The survival and migration of MSC was monitored up to 7 days post- transplant, using an IVIS Spectrum in vivo imaging system (PerkinElmer). For FLI, mice were anesthetized with 1.5% isoflurane (Isoflutek, 710004), placed in the IVIS imaging box and imaged dorsally or laterally. For BLI, anesthetized mice were injected intraperitoneally with D-Luciferin Potassium Salt (PerkinElmer, 122799) (150 mg/kg bodyweight) and 12 min later, the total signal produced by transplanted cells was imaged. In experiments for in vivo apoptosis imaging, a second injection with Z-DEVD-aminoluciferin (VivoGlo Caspase 3/7 Substrate, Promega, P1781) 100 mg/kg bodyweight was applied at 4–6 h after D-luciferin injection, at a time when BLI signal produced by D-luciferin was totally extinct. Fluorescence and bioluminescence images of live animals or isolated organs were analysed using Living Image 4.5 software (PerkinElmer) by manually defining the regions of interest. Imaging data were normalized and expressed as radiance (p/s/cm²/sr) for bioluminescence or Radiant Efficiency ([p/s/cm²/sr]/[µW/cm²]) for fluorescence, and the colour scale was adjusted according to the strength of signal. To quantify the fluorescent signal, spectral unmixing analysis was performed to extract the autofluorescence from the specific signal. For quantification, the relative signal intensity was calculated as a percentage from the signal intensity at day 0 (30 min post-transplantation).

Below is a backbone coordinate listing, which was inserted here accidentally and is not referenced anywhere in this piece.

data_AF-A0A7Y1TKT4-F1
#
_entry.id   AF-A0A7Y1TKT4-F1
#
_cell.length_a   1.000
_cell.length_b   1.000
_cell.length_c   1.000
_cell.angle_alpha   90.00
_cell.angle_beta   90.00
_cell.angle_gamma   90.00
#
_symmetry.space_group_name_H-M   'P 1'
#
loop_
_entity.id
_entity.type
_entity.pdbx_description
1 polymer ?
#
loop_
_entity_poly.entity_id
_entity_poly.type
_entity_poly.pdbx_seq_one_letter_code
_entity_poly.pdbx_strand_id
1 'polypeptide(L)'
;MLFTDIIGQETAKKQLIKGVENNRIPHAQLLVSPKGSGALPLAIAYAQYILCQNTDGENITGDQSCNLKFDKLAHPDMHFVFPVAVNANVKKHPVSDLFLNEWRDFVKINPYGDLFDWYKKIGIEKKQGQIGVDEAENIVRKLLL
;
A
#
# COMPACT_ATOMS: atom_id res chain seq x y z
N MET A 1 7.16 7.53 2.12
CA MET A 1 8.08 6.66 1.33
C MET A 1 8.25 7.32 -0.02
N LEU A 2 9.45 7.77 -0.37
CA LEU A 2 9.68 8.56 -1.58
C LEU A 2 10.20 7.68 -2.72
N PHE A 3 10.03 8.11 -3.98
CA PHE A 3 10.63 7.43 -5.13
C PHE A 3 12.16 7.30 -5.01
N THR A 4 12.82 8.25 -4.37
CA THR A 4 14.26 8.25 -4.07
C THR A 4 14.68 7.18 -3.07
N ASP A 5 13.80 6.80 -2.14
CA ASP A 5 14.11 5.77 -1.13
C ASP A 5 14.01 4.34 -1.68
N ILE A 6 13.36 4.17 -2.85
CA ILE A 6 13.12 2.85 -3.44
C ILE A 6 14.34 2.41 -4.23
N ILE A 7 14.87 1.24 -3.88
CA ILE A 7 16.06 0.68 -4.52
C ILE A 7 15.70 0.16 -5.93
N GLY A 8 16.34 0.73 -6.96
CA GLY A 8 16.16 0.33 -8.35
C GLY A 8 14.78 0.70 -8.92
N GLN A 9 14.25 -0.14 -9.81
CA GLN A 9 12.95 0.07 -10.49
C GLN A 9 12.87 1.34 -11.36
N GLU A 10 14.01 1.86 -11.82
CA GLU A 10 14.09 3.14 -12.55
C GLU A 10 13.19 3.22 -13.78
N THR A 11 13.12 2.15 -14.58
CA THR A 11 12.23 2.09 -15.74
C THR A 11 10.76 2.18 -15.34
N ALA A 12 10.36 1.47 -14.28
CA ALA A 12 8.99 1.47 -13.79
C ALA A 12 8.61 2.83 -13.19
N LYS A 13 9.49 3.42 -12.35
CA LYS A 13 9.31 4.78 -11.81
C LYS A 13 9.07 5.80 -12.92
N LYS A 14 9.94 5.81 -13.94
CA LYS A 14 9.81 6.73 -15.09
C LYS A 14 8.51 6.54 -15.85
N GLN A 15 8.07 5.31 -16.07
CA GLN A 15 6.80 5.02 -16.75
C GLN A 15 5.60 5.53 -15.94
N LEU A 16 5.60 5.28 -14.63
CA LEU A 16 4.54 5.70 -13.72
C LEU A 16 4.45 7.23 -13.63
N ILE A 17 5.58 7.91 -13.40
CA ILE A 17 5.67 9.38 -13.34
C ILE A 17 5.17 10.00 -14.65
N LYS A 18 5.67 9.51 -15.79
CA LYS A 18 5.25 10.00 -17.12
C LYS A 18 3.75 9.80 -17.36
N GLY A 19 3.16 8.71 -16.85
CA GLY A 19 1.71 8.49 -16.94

In vivo hypoxia visualization was performed as previously described22. Briefly, 24 h prior to transplantation, MSC were transiently transfected with HRE-luciferase plasmid (Addgene # 26731, a gift from Navdeep Chandel)54 by electroporation (NEPA21; Nepagene). This Luciferase reporter construct contains tree hypoxia response elements (HRE) from the Pgk-1 gene upstream of firefly luciferase. For hypoxia visualization in vitro, HRE-luc transfected MSC were seeded at pre-confluence (20,000 cells/cm2) and, 24 h later, the cells were incubated in 2% O2 atmosphere (hypoxia) for another 24 h. Hypoxic condition was achieved using a dedicated hypoxia station (Whitley H35 Hypoxystation, Don Whitley Scientific Limited, U.K.). As control, transfected cells were maintained in 21% O2 (normoxia). BLI signal was measured with IVIS Spectrum by imaging the cells immediately after the addition of 150 μg/ml D-Luciferin. To mimic the proinflammatory environment in vitro, MSC were stimulated with TNFα (R&D Systems, 410-MT) and IFNγ (R&D Systems, 485-MI) at 20 ng/ml each, under either normoxia or hypoxia for 24 h.